Innovators and inventors ‘haven’t yet begun to imagine’ everything 5G will enable
Speaking at the Wireless Infrastructure Association’s HetNet Expo in West Palm Beach, Fla., AT&T Vice President of RAN and Device Design Gordon Mansfield asked attendees to, “Put your imagination caps on for just a minute,” and consider what will be made possible through the commercialization of 5G mobile networks.
“Imagine that we have intelligent traffic switching that can adapt signaling to real-time traffic conditions and reduce congestion. Or let’s imagine that we have intelligent navigation. It can not only direct you to the address, but to an open parking spot within the vicinity of that address. Or imagine augmented reality glasses that describe relevant information about the environment that’s around you–maybe it’s a nearby bus stop, maybe it’s a restaurant rating, maybe it’s a taxi rating, or historic markers, maybe it’s something as simple as the weather forecast.”
He continued: “My favorite is…imagine a day when you can live stream your child’s soccer game to your family so they can enjoy it in real time.” Or if a loved on falls ill, 911 dispatches an ambulance service integrated with a hospital system enabling patients to receive doctor-provided care while en route.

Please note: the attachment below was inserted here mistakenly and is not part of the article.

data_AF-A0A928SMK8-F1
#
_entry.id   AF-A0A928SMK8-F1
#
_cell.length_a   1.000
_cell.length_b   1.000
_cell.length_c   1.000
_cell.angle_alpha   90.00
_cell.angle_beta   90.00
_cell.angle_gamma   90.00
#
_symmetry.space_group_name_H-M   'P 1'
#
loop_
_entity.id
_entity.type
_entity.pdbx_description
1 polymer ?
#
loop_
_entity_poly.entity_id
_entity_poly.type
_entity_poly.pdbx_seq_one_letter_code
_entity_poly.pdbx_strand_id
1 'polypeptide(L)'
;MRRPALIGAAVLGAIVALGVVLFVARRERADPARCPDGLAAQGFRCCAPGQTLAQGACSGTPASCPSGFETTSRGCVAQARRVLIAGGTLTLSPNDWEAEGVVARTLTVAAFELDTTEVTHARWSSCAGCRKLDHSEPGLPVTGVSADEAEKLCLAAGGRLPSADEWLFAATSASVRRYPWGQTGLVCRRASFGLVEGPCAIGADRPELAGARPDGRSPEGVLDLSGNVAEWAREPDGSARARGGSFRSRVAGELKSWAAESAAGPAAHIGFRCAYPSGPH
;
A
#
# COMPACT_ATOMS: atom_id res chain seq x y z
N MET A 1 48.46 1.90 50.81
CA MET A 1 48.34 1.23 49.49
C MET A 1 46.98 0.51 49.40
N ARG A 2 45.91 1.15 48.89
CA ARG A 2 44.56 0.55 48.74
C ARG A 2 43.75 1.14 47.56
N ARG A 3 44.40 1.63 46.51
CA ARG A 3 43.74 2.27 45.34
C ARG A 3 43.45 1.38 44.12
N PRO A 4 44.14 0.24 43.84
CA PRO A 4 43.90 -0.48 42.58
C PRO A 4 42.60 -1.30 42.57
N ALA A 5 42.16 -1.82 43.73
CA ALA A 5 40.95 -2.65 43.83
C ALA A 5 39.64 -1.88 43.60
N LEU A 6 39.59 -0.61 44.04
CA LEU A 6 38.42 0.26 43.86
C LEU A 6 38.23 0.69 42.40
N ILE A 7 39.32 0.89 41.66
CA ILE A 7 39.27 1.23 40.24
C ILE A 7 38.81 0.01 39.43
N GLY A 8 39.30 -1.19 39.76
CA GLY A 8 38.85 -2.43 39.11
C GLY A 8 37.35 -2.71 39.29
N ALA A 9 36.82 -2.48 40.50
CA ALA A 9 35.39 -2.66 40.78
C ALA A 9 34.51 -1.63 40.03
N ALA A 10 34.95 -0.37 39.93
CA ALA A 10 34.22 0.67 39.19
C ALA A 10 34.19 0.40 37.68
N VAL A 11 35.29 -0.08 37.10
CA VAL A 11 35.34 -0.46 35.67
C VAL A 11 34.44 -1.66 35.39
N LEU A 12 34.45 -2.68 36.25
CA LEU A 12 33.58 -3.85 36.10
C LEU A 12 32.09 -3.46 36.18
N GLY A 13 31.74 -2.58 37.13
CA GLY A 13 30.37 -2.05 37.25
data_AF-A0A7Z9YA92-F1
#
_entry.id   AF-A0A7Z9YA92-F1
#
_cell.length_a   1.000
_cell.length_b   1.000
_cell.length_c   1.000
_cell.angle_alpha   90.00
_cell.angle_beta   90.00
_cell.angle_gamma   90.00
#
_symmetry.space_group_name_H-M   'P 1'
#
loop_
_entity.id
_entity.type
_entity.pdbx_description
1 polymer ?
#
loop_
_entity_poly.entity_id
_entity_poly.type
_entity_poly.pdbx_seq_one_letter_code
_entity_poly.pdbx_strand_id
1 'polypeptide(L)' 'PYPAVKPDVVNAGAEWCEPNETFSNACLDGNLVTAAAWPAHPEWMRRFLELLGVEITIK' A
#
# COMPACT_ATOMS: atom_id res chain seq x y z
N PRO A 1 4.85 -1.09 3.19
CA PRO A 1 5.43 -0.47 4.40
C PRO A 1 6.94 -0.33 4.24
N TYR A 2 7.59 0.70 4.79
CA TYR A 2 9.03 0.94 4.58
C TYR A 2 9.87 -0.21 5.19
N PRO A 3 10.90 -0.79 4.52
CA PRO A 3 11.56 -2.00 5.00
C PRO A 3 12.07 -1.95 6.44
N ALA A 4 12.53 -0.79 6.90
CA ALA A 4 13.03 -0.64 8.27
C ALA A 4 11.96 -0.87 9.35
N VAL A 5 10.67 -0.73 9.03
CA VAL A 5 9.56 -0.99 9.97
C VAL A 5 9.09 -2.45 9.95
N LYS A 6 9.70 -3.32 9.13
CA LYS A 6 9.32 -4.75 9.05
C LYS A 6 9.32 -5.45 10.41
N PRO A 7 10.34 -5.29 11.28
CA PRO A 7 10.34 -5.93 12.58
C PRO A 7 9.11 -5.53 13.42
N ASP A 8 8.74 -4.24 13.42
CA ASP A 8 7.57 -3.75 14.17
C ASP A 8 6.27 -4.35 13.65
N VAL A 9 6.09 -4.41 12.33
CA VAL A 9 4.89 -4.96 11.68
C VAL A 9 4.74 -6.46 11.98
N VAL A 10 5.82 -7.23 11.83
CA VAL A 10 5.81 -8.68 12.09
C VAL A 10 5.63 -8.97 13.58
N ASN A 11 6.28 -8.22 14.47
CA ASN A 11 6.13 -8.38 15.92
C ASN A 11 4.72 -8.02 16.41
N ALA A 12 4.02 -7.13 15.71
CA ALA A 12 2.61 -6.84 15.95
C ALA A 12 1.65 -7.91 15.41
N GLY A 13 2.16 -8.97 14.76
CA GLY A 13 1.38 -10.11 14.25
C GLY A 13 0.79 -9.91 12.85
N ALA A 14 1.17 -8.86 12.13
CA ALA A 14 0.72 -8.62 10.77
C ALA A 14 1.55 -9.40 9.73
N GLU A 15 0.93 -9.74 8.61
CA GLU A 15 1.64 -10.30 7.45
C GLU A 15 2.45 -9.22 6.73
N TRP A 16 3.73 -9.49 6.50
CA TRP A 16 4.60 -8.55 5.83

“The fact of the matter is,” Mansfield said, “all of those cases that I just imagined, we’re not stretching the imagination that far.”
But that vision comes with a note of caution. “There’s a lot of people that think 5G is this magical, singular event. The fact is that 5G is a lot of different components that all have to come together.” He mentioned core virtualization, RAN densification, change in network topology, advancement of data transport between cell sites and core, and placement of content near the network edge to lower latency. “All of those things have to happen. It’s not a singular event. It’s not a single day. It’s an evolution.”
And that evolution has already started with deployment of LTE-Advanced networks equipped with multi-channel carrier aggregation covering licensed and unlicensed spectrum, 4×4 MIMO and 256 QAM.
Mansfield also mentioned, recalling the release of the iPhone in 2007, that traffic on AT&T’s network has increased about 250,000% in the last decade. “Now we start looking beyond that. It’s no longer just about smartphones. It’s about connecting all the other things. While today most of the traffic is driven by video, tomorrow you not have the increase in video, 4K video, you start to have the internet of things, augmented and virtual reality, smart homes and cities, autonomous vehicles…It’s important that the continued development of our LTE-Advanced network remains pressing along because it does, in fact, lay the foundation for the evolution to 5G.”